|Security exception: It will not be a blockage of information for the provider to interfere with the access, exchange or use of EHI to protect the security of EHI, provided that certain conditions are met.||The practice must be: directly related to safeguarding the confidentiality, integrity and availability of EHI; adapted to specific security risks; and implemented in a consistent and non-discriminatory manner.
In addition, the practice must implement a qualifying organizational security policy or implement a qualifying security determination.
|Feasibility exception: It will not be a block of information if the provider does not comply with a request for access, exchange or use of EHI due to the unfeasibility of the request, provided that certain conditions are met.||The practice must be due to uncontrollable events (e.g., natural disasters, public health emergencies, civil insurrection); inability to segment the requested EHI; or unfeasibility in circumstances based on certain factors.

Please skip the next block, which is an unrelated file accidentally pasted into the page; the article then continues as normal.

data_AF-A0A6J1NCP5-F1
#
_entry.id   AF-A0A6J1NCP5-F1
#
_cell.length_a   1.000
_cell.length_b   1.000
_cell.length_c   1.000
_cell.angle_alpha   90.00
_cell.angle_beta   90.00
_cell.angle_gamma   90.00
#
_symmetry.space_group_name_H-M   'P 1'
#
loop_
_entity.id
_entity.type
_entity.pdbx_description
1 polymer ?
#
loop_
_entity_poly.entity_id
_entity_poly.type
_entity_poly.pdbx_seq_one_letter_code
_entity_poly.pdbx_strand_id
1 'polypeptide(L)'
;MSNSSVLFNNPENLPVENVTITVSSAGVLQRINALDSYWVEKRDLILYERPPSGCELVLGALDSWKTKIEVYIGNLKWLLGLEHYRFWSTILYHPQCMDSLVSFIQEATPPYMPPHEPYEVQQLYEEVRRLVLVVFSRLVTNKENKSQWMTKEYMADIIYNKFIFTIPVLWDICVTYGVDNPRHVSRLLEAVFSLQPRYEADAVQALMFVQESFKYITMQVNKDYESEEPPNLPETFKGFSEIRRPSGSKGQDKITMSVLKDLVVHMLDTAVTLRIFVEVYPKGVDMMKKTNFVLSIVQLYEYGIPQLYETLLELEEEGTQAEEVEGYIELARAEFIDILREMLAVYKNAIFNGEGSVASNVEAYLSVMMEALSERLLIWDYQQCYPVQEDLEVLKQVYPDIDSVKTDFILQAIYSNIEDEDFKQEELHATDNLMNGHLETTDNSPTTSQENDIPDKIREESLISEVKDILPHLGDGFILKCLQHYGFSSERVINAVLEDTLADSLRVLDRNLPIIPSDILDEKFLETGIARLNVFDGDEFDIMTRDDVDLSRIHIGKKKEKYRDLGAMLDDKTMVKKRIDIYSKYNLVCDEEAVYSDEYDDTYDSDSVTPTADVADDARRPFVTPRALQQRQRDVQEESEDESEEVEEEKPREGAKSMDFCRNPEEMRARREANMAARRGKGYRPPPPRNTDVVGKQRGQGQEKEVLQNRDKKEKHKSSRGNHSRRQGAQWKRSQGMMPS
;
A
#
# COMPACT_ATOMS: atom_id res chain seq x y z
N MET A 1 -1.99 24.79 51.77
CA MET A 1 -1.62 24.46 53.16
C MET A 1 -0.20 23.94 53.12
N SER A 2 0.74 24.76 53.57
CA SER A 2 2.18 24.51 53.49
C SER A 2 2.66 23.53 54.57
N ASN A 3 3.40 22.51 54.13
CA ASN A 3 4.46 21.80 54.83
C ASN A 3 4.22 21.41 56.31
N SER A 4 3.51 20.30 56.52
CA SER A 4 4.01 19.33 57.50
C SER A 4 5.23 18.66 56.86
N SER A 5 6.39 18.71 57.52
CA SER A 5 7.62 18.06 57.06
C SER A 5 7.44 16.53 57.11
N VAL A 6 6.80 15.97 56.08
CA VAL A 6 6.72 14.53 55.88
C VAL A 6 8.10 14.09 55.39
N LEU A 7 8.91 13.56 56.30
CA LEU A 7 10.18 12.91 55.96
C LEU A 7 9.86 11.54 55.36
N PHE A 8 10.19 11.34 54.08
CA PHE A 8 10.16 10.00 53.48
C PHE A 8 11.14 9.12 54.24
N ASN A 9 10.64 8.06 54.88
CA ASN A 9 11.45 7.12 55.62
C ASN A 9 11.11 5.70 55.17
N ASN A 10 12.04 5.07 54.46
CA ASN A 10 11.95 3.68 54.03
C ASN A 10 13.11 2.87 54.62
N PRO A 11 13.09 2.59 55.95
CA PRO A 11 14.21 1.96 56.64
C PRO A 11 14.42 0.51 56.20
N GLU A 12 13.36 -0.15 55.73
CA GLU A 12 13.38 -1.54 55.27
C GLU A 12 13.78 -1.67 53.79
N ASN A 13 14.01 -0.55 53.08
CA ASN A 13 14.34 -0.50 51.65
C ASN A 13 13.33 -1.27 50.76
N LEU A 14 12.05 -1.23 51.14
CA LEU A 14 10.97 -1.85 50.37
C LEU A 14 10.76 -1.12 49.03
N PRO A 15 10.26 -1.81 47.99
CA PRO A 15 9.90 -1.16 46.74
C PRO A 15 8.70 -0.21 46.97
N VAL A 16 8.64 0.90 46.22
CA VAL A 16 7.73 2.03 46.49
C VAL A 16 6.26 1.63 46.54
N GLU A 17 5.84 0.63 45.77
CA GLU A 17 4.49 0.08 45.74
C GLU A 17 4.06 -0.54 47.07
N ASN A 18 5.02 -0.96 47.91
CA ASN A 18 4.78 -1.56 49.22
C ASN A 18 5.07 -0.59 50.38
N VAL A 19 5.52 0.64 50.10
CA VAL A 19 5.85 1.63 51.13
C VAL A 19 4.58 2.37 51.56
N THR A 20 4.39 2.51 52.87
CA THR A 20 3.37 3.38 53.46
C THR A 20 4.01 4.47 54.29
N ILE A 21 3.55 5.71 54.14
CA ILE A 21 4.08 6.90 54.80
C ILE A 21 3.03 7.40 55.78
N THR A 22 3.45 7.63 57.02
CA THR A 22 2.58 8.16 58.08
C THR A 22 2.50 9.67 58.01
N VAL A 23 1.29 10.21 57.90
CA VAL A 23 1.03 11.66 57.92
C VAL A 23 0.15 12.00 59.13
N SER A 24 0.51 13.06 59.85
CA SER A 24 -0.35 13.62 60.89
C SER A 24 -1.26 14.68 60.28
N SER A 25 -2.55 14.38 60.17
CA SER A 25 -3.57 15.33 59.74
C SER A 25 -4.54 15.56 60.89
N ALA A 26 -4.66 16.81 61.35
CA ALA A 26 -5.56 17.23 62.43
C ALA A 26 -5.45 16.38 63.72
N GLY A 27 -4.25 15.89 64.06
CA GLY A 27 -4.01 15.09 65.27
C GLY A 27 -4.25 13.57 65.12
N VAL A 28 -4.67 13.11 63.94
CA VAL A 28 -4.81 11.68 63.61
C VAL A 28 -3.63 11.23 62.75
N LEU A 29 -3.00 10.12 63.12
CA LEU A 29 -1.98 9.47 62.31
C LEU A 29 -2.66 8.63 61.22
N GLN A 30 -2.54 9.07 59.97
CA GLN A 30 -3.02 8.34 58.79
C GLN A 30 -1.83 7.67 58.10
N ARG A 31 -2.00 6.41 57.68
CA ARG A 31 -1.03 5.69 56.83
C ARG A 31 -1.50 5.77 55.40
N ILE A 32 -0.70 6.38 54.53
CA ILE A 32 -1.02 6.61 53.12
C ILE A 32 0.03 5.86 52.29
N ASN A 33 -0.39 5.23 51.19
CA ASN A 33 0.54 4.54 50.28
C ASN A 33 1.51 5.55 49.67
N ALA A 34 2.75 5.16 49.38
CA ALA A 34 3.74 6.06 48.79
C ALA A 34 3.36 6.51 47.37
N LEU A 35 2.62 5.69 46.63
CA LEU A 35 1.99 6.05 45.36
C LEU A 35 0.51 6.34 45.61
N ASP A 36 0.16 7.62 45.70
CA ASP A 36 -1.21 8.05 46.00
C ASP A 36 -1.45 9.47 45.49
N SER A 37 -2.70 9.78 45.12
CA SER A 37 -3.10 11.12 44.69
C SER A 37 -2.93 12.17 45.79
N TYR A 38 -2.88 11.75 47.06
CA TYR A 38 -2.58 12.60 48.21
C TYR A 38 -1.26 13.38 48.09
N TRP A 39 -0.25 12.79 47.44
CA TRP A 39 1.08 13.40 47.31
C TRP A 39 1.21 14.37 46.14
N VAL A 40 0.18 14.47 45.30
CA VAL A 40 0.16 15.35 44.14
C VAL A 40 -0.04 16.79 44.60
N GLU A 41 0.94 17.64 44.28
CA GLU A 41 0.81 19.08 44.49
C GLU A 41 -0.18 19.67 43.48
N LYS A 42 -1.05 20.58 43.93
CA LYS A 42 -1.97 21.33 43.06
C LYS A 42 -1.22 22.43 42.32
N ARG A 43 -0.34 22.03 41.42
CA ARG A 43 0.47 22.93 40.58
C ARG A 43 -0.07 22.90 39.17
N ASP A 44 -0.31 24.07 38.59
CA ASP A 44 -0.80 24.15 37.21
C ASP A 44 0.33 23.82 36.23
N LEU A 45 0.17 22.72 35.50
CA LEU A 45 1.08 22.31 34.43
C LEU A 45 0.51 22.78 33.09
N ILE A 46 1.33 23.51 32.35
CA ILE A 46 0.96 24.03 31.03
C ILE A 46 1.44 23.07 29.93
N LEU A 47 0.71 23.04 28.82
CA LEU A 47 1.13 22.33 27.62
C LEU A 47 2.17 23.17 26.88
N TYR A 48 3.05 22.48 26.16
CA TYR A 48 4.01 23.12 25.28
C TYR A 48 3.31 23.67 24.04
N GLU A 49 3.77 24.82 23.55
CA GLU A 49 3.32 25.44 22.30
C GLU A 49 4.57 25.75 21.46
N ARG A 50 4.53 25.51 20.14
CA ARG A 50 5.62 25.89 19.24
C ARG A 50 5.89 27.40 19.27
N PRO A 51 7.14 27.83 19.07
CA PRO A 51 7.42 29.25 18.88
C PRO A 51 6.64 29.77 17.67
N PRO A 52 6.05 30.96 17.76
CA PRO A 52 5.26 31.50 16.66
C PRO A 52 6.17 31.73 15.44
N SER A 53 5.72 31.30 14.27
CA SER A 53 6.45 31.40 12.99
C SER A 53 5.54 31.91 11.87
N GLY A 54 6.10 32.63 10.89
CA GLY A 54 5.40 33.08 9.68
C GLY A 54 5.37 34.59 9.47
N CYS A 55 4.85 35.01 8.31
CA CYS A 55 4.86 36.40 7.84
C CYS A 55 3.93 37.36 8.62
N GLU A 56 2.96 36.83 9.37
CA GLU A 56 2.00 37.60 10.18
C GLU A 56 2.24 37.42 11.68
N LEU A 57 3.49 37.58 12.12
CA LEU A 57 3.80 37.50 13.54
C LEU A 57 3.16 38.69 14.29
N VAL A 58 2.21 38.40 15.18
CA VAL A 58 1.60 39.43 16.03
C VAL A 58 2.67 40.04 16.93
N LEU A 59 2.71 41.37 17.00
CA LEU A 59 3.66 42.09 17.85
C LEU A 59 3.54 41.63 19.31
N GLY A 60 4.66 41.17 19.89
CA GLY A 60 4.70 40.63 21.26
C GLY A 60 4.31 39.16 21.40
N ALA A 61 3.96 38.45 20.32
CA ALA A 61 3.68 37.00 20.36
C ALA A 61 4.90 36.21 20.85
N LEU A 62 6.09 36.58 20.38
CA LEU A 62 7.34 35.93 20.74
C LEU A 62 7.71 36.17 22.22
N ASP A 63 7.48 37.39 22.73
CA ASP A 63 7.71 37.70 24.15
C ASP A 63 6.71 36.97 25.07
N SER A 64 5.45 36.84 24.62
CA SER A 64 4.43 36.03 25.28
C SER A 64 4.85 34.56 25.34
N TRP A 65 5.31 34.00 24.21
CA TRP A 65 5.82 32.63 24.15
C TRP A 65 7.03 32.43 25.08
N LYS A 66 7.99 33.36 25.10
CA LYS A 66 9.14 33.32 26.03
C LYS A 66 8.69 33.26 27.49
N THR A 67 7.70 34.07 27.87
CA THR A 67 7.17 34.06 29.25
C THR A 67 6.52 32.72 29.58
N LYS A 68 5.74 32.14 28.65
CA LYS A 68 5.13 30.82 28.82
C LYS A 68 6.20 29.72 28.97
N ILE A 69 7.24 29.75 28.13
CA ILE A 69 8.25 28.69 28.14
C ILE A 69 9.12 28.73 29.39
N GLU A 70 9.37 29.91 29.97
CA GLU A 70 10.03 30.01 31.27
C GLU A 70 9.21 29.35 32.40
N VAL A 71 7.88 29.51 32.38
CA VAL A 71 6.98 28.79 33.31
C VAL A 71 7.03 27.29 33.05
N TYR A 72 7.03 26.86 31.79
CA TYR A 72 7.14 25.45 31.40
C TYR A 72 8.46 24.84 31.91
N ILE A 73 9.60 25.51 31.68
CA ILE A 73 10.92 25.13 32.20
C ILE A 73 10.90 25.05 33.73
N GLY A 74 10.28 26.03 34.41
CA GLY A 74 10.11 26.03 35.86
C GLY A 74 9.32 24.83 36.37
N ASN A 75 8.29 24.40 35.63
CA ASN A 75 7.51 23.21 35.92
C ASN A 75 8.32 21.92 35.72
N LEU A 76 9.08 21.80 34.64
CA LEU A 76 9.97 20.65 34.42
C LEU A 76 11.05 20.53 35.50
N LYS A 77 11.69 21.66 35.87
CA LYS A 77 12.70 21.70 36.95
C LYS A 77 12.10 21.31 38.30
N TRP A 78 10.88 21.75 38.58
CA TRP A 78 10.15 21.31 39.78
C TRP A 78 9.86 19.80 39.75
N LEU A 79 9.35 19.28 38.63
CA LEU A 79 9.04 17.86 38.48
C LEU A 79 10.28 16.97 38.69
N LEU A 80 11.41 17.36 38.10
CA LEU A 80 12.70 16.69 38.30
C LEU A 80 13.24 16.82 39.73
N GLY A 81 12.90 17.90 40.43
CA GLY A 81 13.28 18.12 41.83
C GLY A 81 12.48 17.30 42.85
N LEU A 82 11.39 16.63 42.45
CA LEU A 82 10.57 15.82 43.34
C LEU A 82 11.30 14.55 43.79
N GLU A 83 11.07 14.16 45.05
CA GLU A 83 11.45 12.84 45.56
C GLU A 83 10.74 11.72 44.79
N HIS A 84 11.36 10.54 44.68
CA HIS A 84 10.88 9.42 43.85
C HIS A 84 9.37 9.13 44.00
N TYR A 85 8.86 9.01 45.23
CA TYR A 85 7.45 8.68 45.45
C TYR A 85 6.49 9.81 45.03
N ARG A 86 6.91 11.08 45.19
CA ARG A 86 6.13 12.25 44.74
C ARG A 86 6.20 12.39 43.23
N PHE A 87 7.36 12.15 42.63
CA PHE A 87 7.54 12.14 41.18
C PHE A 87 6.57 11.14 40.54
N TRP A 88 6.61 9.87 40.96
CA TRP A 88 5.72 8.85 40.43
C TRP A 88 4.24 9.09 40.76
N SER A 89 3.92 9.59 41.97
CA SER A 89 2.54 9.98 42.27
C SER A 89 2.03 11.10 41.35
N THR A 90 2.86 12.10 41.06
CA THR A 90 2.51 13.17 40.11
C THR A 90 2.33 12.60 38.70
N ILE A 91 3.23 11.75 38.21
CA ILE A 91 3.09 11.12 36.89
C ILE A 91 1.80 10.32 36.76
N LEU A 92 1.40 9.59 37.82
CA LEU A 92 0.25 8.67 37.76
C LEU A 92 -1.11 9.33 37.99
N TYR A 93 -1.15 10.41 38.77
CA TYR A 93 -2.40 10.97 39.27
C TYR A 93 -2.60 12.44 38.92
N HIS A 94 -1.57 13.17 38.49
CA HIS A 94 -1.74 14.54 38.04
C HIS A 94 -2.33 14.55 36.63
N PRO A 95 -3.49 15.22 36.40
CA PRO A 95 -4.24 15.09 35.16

The provider must provide a written response to the applicant within ten working days of receipt of the request on the grounds that the request is unfeasible.
|Health IT performance exception: It will not be a blockade of information for the provider to take reasonable and necessary measures to make healthcare IT temporarily unavailable or to degrade healthcare IT performance to the benefit of healthcare IT overall performance, as long as they are met some conditions.||The practice must:
It must be implemented for a period of time not longer than necessary to achieve the maintenance or improvements for which healthcare IT has become unavailable or healthcare IT performance has deteriorated;
Be implemented in a consistent and non-discriminatory manner; i
It meets some requirements if the unavailability or degradation is initiated by a certified IT IT developer, HIE or HIN.
Some other conditions apply to vendor actions against a third-party application that adversely affects health IT performance.
|Exceptions involving procedures for dealing with requests for access, exchange or use of the EHI||Exception of content and manners: Information will not be blocked for an actor to limit the content of their response to a request for access, exchange or use of EHI or the manner in which they comply with a request for access, exchange or use of EHI , provided that certain conditions are met. met.||The provider must respond to a request for access, exchange or use of EHI with EHI as defined in the applicable regulations.